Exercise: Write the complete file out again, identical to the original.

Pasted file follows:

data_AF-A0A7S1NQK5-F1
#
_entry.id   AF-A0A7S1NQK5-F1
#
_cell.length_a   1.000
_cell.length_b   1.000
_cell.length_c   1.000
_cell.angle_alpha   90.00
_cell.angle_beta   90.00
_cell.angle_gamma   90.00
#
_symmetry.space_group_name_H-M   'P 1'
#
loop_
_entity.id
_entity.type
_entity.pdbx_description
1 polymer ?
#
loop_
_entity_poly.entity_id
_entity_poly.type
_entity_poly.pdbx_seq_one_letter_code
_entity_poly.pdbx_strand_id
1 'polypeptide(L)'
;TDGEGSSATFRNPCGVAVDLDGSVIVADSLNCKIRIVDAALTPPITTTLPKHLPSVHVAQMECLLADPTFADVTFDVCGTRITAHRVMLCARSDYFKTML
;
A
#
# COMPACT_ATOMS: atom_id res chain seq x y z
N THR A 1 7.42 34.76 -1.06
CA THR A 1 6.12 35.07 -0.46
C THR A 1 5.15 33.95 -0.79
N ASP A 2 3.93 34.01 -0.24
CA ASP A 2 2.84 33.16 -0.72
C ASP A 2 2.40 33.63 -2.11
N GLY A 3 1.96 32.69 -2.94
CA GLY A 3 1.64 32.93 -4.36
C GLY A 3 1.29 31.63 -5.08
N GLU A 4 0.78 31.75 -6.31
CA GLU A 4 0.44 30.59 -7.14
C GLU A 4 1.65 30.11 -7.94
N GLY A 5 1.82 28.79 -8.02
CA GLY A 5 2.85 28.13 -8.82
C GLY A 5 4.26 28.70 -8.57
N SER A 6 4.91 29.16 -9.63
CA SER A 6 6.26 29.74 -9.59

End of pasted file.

data_AF-A0A7S1NQK5-F1
#
_entry.id   AF-A0A7S1NQK5-F1
#
_cell.length_a   1.000
_cell.length_b   1.000
_cell.length_c   1.000
_cell.angle_alpha   90.00
_cell.angle_beta   90.00
_cell.angle_gamma   90.00
#
_symmetry.space_group_name_H-M   'P 1'
#
loop_
_entity.id
_entity.type
_entity.pdbx_description
1 polymer ?
#
loop_
_entity_poly.entity_id
_entity_poly.type
_entity_poly.pdbx_seq_one_letter_code
_entity_poly.pdbx_strand_id
1 'polypeptide(L)'
;TDGEGSSATFRNPCGVAVDLDGSVIVADSLNCKIRIVDAALTPPITTTLPKHLPSVHVAQMECLLADPTFADVTFDVCGTRITAHRVMLCARSDYFKTML
;
A
#
# COMPACT_ATOMS: atom_id res chain seq x y z
N THR A 1 7.42 34.76 -1.06
CA THR A 1 6.12 35.07 -0.46
C THR A 1 5.15 33.95 -0.79
N ASP A 2 3.93 34.01 -0.24
CA ASP A 2 2.84 33.16 -0.72
C ASP A 2 2.40 33.63 -2.11
N GLY A 3 1.96 32.69 -2.94
CA GLY A 3 1.64 32.93 -4.36
C GLY A 3 1.29 31.63 -5.08
N GLU A 4 0.78 31.75 -6.31
CA GLU A 4 0.44 30.59 -7.14
C GLU A 4 1.65 30.11 -7.94
N GLY A 5 1.82 28.79 -8.02
CA GLY A 5 2.85 28.13 -8.82
C GLY A 5 4.26 28.70 -8.57
N SER A 6 4.91 29.16 -9.63
CA SER A 6 6.26 29.74 -9.59